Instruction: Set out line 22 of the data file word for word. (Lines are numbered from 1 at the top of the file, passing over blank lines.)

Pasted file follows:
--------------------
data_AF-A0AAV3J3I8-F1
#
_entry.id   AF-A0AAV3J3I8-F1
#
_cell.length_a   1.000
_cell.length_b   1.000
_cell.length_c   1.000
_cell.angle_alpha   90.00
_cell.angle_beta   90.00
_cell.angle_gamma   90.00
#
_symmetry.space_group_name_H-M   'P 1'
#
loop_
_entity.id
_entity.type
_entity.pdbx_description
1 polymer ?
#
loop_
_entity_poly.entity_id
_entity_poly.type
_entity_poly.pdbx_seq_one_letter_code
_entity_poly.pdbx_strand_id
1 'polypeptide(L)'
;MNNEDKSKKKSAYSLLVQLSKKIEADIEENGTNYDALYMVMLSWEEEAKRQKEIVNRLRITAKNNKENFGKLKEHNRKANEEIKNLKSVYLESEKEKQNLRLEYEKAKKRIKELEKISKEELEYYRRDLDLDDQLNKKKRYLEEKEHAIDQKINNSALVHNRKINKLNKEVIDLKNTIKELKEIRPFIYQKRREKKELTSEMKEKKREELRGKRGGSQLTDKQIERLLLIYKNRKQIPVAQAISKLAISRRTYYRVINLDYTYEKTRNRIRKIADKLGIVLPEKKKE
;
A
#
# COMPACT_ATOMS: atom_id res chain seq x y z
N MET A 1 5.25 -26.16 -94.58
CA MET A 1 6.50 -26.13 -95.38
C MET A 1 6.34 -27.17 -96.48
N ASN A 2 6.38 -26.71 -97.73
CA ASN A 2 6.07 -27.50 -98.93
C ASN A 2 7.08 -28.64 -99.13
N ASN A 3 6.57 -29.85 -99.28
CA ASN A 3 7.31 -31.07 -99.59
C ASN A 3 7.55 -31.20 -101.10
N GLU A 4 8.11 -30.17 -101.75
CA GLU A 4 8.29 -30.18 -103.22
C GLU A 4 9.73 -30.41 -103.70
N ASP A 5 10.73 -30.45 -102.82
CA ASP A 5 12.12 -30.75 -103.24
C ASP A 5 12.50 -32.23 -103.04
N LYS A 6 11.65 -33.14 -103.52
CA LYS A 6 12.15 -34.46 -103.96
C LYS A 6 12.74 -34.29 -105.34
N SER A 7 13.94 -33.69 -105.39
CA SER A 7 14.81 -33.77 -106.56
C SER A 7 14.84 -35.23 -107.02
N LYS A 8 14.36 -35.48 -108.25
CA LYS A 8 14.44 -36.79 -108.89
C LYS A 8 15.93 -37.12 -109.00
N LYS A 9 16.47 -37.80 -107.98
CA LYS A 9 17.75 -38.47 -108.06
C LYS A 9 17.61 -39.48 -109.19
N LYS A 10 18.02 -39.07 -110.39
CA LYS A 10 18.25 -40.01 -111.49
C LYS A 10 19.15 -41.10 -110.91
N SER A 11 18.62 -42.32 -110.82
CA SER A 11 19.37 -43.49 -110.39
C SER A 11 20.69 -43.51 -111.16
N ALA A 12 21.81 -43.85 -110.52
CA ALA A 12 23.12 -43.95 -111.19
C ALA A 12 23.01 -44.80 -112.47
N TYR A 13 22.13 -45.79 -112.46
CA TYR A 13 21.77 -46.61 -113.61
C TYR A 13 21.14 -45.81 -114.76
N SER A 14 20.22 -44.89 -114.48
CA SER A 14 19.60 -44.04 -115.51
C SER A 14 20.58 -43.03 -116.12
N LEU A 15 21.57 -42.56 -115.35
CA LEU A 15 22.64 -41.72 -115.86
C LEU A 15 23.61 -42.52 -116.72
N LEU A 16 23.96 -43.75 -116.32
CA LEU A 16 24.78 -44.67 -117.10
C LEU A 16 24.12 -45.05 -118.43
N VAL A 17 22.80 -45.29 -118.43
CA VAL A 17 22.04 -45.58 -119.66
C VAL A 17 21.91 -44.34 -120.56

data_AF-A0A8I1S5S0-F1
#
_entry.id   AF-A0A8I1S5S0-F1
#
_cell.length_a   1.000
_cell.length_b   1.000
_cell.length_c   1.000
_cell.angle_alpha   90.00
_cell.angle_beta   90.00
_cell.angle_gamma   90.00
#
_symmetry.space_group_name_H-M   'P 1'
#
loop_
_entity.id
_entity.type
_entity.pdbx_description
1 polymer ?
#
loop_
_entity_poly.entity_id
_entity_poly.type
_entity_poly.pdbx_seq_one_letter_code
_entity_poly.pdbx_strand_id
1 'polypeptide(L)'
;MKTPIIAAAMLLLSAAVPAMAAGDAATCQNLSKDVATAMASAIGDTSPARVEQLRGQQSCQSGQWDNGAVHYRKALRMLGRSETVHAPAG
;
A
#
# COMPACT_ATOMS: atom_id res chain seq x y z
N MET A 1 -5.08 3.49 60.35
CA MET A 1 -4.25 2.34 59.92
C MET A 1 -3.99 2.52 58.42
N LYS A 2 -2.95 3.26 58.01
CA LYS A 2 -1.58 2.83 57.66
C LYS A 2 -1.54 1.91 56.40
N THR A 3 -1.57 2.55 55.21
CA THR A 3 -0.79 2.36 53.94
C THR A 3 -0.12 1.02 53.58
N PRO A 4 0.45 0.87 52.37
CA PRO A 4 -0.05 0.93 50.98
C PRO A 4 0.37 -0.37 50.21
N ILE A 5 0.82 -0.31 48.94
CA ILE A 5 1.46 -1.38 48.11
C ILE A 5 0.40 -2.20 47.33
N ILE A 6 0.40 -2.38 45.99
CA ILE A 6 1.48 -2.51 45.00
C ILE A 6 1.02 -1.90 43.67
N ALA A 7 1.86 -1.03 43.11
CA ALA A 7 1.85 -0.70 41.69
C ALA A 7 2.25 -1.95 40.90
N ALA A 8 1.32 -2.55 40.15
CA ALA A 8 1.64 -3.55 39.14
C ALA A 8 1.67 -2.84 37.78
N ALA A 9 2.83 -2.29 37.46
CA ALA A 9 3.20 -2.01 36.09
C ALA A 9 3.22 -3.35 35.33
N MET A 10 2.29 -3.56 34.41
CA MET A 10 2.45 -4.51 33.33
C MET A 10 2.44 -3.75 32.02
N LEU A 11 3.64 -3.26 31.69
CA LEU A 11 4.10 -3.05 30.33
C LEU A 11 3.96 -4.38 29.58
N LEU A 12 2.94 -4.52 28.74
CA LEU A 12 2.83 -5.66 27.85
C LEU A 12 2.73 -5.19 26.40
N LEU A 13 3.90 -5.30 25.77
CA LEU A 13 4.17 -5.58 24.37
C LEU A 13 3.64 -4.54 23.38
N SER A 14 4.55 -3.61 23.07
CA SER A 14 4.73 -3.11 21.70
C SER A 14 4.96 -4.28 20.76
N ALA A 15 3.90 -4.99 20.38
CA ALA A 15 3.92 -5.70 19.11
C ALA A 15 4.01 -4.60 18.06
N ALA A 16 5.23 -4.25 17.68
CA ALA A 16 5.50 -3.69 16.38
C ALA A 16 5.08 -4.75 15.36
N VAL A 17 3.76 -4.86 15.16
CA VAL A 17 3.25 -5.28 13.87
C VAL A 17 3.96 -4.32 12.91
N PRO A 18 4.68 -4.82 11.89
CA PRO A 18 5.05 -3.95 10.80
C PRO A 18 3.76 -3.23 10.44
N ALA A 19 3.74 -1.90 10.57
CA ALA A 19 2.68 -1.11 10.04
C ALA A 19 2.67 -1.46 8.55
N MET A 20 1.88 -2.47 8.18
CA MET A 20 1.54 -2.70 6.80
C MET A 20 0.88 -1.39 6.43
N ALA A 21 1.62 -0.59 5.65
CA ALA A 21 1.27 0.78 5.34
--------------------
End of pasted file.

_entity_poly.type